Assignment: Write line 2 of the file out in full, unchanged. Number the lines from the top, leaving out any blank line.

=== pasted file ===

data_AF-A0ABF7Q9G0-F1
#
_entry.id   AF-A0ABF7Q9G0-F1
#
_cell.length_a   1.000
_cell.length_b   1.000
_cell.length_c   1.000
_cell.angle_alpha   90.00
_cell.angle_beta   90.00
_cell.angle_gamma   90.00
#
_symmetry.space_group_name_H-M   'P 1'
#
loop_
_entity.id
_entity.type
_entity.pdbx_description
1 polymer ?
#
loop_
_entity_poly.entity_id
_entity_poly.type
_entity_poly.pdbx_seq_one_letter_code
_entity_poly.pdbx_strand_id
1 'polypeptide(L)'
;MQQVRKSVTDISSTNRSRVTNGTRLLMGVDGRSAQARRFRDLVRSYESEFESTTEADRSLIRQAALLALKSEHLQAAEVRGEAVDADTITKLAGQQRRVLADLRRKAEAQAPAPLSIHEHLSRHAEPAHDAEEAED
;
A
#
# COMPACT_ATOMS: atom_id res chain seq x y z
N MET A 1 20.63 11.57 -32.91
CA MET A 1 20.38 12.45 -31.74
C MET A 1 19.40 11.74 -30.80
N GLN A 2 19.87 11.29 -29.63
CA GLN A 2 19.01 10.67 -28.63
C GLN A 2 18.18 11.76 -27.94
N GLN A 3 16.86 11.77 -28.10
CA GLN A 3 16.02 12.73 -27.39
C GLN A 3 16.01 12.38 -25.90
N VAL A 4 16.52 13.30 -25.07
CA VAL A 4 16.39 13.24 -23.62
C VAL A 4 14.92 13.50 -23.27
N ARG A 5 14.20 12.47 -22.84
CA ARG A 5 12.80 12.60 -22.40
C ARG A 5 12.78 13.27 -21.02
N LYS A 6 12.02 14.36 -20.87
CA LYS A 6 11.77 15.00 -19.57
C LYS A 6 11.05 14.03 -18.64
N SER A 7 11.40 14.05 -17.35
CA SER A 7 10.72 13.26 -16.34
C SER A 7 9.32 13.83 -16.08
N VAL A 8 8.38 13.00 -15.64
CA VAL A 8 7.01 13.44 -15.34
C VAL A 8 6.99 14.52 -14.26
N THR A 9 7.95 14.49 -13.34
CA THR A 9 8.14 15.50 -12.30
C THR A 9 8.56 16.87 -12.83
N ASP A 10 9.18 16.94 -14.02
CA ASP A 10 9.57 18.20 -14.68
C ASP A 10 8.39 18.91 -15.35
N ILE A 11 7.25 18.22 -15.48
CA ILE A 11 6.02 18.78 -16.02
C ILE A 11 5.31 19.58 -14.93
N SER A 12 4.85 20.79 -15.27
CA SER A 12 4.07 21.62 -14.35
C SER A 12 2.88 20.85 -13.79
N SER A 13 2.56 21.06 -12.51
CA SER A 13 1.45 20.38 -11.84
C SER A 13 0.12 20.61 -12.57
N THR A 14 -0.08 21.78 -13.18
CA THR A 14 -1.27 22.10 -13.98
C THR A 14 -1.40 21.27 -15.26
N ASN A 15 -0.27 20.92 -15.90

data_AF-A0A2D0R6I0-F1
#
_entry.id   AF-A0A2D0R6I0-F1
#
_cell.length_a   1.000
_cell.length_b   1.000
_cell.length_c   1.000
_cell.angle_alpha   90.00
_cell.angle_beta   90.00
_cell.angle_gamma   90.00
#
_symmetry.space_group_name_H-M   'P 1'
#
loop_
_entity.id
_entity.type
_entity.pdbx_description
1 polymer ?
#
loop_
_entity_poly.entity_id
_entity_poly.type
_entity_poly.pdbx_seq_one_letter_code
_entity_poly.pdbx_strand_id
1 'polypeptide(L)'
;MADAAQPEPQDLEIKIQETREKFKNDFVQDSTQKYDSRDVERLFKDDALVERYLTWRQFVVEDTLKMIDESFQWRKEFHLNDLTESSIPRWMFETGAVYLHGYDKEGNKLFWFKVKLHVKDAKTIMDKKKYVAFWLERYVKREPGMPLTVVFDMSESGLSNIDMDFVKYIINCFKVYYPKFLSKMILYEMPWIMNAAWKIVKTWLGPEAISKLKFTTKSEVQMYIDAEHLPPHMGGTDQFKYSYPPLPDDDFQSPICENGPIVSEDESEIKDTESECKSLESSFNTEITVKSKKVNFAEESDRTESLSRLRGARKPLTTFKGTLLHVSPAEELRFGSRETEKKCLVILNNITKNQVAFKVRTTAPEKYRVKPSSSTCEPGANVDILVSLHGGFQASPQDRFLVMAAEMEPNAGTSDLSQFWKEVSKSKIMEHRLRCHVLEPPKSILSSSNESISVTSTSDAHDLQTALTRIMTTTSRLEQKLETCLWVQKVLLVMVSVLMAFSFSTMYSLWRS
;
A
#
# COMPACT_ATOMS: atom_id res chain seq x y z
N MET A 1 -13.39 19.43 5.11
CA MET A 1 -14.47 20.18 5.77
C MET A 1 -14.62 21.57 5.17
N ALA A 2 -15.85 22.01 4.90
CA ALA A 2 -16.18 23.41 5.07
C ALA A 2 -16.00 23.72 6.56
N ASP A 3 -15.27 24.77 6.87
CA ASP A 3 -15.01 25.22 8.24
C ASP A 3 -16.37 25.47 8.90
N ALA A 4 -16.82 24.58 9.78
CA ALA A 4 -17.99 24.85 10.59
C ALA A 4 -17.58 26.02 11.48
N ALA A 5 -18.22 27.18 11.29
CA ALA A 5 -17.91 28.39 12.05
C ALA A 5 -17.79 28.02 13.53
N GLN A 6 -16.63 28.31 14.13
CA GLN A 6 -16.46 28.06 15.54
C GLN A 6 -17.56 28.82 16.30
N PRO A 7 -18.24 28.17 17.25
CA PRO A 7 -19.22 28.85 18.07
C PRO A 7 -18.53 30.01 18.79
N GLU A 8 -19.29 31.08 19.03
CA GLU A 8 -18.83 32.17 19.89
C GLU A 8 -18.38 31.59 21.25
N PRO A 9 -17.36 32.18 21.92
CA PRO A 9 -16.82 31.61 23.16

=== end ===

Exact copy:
#